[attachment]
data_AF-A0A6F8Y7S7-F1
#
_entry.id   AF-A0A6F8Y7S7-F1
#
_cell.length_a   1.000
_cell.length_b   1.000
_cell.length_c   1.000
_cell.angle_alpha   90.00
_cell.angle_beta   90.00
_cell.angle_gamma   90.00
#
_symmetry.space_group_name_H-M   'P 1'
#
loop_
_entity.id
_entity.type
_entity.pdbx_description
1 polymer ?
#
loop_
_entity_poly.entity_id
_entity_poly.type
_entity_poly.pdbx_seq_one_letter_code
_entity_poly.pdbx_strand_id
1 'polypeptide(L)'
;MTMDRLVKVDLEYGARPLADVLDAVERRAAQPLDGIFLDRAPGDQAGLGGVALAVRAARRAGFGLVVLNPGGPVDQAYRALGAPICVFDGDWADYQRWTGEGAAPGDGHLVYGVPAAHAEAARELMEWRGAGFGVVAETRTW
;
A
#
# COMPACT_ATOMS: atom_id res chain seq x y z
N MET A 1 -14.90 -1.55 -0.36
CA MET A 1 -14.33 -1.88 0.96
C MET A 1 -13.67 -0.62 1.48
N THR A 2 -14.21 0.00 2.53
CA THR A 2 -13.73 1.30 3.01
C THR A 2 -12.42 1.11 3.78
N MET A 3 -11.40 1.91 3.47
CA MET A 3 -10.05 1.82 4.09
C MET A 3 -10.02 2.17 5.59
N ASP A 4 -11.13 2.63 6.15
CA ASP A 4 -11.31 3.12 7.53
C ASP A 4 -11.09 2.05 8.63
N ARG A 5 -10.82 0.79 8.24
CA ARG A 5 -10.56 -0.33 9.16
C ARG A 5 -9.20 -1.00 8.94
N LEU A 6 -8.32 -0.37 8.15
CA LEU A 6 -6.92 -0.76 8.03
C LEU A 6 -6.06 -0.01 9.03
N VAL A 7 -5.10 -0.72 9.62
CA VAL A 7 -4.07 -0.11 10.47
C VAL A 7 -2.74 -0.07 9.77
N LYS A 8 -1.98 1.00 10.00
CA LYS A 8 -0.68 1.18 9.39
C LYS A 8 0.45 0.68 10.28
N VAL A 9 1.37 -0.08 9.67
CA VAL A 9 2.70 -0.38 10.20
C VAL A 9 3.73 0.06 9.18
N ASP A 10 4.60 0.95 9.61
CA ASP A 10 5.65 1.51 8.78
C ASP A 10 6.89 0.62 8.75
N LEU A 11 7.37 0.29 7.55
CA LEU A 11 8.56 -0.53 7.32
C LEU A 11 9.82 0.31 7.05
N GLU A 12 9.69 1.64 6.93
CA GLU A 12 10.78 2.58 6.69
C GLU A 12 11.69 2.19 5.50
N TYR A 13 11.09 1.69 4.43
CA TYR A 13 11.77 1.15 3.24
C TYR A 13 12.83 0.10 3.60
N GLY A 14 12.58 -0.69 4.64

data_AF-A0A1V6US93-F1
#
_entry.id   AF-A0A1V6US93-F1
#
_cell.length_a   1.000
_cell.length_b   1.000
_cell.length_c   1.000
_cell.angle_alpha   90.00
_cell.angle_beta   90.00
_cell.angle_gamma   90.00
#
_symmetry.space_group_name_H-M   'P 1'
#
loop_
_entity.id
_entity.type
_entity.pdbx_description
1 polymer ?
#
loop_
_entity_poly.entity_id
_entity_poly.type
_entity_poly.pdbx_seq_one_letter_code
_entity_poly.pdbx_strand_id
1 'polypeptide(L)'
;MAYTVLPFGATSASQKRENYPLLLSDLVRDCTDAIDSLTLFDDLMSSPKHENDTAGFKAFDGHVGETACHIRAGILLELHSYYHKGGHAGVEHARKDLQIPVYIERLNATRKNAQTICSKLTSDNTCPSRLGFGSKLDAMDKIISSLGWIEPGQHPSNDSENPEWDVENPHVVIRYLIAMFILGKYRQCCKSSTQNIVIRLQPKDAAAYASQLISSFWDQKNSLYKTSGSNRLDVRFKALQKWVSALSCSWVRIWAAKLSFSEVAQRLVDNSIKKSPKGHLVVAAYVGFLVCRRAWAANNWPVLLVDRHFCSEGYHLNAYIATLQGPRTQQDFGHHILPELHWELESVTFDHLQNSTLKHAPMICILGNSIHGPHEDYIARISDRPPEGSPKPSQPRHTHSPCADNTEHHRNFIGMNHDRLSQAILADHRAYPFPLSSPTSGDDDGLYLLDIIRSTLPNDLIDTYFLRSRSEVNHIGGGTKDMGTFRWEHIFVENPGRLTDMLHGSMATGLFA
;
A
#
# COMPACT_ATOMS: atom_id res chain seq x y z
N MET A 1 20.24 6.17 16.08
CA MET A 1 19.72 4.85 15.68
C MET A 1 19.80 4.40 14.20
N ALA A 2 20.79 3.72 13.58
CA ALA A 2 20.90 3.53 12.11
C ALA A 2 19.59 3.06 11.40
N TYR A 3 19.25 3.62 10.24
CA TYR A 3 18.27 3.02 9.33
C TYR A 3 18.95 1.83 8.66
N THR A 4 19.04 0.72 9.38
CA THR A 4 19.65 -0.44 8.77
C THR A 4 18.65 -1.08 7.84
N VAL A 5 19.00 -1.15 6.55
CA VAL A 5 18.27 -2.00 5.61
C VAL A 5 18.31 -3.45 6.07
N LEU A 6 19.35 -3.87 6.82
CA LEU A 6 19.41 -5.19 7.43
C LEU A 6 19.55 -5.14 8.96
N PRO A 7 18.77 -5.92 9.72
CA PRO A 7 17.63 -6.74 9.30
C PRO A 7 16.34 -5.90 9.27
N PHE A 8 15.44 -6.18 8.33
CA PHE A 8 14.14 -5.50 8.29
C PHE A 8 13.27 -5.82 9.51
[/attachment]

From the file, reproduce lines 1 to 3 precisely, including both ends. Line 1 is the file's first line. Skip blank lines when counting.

data_AF-A0A6F8Y7S7-F1
#
_entry.id   AF-A0A6F8Y7S7-F1